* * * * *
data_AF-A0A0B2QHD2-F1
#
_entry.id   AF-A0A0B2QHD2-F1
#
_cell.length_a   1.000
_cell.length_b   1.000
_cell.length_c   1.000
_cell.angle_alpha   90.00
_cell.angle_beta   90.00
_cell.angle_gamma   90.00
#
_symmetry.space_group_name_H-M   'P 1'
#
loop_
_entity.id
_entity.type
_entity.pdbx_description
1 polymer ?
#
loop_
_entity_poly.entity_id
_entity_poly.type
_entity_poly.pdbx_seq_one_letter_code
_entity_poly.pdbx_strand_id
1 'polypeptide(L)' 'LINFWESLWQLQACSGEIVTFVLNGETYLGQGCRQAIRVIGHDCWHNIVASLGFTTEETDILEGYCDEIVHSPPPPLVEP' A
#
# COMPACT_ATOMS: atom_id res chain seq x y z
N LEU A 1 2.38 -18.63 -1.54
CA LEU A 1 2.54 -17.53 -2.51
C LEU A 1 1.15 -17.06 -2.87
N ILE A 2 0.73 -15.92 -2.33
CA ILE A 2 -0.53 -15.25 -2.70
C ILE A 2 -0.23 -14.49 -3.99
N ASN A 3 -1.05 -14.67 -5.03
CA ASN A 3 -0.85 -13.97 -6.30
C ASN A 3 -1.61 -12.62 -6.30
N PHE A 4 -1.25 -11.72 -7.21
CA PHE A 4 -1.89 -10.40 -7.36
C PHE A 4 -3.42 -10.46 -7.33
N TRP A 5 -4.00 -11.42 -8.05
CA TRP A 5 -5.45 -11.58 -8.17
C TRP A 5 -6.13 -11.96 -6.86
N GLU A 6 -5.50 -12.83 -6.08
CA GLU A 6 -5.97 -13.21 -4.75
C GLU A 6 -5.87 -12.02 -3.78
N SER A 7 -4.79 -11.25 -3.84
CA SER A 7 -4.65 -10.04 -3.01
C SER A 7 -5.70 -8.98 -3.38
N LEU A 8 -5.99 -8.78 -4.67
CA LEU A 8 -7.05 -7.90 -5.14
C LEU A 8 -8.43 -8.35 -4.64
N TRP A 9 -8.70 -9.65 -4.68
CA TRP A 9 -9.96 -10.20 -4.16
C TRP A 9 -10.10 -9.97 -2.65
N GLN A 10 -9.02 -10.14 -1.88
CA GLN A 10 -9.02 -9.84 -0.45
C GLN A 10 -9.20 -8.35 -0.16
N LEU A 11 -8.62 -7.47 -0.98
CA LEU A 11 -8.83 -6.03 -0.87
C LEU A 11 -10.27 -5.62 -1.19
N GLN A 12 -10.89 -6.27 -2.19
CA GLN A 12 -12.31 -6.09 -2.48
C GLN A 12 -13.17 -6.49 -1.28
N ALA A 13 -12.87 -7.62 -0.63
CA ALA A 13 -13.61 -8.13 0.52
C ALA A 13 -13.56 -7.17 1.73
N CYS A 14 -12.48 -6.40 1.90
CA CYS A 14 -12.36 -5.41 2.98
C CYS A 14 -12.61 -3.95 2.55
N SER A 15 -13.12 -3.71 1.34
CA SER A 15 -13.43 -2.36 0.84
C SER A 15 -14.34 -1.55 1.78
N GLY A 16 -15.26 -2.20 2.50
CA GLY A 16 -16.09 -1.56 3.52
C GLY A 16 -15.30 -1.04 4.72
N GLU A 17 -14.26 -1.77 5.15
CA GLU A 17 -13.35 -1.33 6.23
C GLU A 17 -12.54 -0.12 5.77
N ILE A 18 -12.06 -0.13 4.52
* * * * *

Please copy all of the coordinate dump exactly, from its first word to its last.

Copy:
data_AF-A0A0B2QHD2-F1
#
_entry.id   AF-A0A0B2QHD2-F1
#
_cell.length_a   1.000
_cell.length_b   1.000
_cell.length_c   1.000
_cell.angle_alpha   90.00
_cell.angle_beta   90.00
_cell.angle_gamma   90.00
#
_symmetry.space_group_name_H-M   'P 1'
#
loop_
_entity.id
_entity.type
_entity.pdbx_description
1 polymer ?
#
loop_
_entity_poly.entity_id
_entity_poly.type
_entity_poly.pdbx_seq_one_letter_code
_entity_poly.pdbx_strand_id
1 'polypeptide(L)' 'LINFWESLWQLQACSGEIVTFVLNGETYLGQGCRQAIRVIGHDCWHNIVASLGFTTEETDILEGYCDEIVHSPPPPLVEP' A
#
# COMPACT_ATOMS: atom_id res chain seq x y z
N LEU A 1 2.38 -18.63 -1.54
CA LEU A 1 2.54 -17.53 -2.51
C LEU A 1 1.15 -17.06 -2.87
N ILE A 2 0.73 -15.92 -2.33
CA ILE A 2 -0.53 -15.25 -2.70
C ILE A 2 -0.23 -14.49 -3.99
N ASN A 3 -1.05 -14.67 -5.03
CA ASN A 3 -0.85 -13.97 -6.30
C ASN A 3 -1.61 -12.62 -6.30
N PHE A 4 -1.25 -11.72 -7.21
CA PHE A 4 -1.89 -10.40 -7.36
C PHE A 4 -3.42 -10.46 -7.33
N TRP A 5 -4.00 -11.42 -8.05
CA TRP A 5 -5.45 -11.58 -8.17
C TRP A 5 -6.13 -11.96 -6.86
N GLU A 6 -5.50 -12.83 -6.08
CA GLU A 6 -5.97 -13.21 -4.75
C GLU A 6 -5.87 -12.02 -3.78
N SER A 7 -4.79 -11.25 -3.84
CA SER A 7 -4.65 -10.04 -3.01
C SER A 7 -5.70 -8.98 -3.38
N LEU A 8 -5.99 -8.78 -4.67
CA LEU A 8 -7.05 -7.90 -5.14
C LEU A 8 -8.43 -8.35 -4.64
N TRP A 9 -8.70 -9.65 -4.68
CA TRP A 9 -9.96 -10.20 -4.16
C TRP A 9 -10.10 -9.97 -2.65
N GLN A 10 -9.02 -10.14 -1.88
CA GLN A 10 -9.02 -9.84 -0.45
C GLN A 10 -9.20 -8.35 -0.16
N LEU A 11 -8.62 -7.47 -0.98
CA LEU A 11 -8.83 -6.03 -0.87
C LEU A 11 -10.27 -5.62 -1.19
N GLN A 12 -10.89 -6.27 -2.19
CA GLN A 12 -12.31 -6.09 -2.48
C GLN A 12 -13.17 -6.49 -1.28
N ALA A 13 -12.87 -7.62 -0.63
CA ALA A 13 -13.61 -8.13 0.52
C ALA A 13 -13.56 -7.17 1.73
N CYS A 14 -12.48 -6.40 1.90
CA CYS A 14 -12.36 -5.41 2.98
C CYS A 14 -12.61 -3.95 2.55
N SER A 15 -13.12 -3.71 1.34
CA SER A 15 -13.43 -2.36 0.84
C SER A 15 -14.34 -1.55 1.78
N GLY A 16 -15.26 -2.20 2.50
CA GLY A 16 -16.09 -1.56 3.52
C GLY A 16 -15.30 -1.04 4.72
N GLU A 17 -14.26 -1.77 5.15
CA GLU A 17 -13.35 -1.33 6.23
C GLU A 17 -12.54 -0.12 5.77
N ILE A 18 -12.06 -0.13 4.52